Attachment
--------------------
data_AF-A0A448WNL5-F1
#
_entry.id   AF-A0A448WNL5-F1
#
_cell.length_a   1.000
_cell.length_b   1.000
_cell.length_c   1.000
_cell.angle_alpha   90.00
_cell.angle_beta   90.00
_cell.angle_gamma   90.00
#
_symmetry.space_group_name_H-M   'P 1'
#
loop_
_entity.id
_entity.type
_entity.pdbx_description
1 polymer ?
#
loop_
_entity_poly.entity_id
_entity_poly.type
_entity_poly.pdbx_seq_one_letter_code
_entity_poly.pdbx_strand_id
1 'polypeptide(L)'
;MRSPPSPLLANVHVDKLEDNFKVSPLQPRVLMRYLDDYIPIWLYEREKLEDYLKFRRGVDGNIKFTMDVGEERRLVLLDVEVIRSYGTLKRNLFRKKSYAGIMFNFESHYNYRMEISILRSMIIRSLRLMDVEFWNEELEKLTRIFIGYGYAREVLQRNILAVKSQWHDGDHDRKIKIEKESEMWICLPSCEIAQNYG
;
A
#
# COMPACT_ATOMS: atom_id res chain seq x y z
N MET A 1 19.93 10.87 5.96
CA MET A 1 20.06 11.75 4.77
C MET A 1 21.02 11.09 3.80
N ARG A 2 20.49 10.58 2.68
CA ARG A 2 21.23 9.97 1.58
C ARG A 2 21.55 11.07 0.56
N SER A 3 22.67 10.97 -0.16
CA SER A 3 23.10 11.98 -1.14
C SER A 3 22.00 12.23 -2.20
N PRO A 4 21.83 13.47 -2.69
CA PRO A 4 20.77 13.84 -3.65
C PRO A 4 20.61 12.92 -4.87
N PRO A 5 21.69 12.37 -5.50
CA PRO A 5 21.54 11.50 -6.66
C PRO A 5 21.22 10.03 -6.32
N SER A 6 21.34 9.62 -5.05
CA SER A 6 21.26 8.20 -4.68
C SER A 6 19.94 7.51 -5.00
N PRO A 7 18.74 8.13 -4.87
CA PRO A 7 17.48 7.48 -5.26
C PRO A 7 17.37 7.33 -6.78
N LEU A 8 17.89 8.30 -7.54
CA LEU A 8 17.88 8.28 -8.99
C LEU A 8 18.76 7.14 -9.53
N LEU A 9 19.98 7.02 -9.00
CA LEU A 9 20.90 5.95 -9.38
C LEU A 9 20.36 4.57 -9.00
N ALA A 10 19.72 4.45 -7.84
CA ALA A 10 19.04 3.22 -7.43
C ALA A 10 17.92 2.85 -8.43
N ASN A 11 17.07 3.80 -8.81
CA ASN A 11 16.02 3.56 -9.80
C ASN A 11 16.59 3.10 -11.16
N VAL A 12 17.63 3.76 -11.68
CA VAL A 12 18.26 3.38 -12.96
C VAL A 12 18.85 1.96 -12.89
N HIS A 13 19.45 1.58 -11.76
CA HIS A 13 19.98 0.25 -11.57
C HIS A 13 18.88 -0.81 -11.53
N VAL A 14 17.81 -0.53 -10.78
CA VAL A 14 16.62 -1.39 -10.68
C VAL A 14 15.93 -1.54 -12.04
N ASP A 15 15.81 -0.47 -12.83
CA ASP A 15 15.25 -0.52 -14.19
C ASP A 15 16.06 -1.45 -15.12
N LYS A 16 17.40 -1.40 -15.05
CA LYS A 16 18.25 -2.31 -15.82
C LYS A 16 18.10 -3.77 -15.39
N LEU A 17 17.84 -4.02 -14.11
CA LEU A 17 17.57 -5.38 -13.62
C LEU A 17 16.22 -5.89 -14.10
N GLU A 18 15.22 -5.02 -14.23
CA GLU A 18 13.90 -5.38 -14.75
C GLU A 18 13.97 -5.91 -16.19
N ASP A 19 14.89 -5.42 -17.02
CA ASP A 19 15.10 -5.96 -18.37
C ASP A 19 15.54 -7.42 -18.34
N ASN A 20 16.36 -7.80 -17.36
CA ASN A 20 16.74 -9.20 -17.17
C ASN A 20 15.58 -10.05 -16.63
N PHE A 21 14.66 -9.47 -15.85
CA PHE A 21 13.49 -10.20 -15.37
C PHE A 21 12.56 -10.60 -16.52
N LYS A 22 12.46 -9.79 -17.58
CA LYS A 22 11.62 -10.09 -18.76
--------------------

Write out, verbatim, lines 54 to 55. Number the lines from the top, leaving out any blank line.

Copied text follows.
C LEU A 8 18.76 7.14 -9.53
N LEU A 9 19.98 7.02 -9.00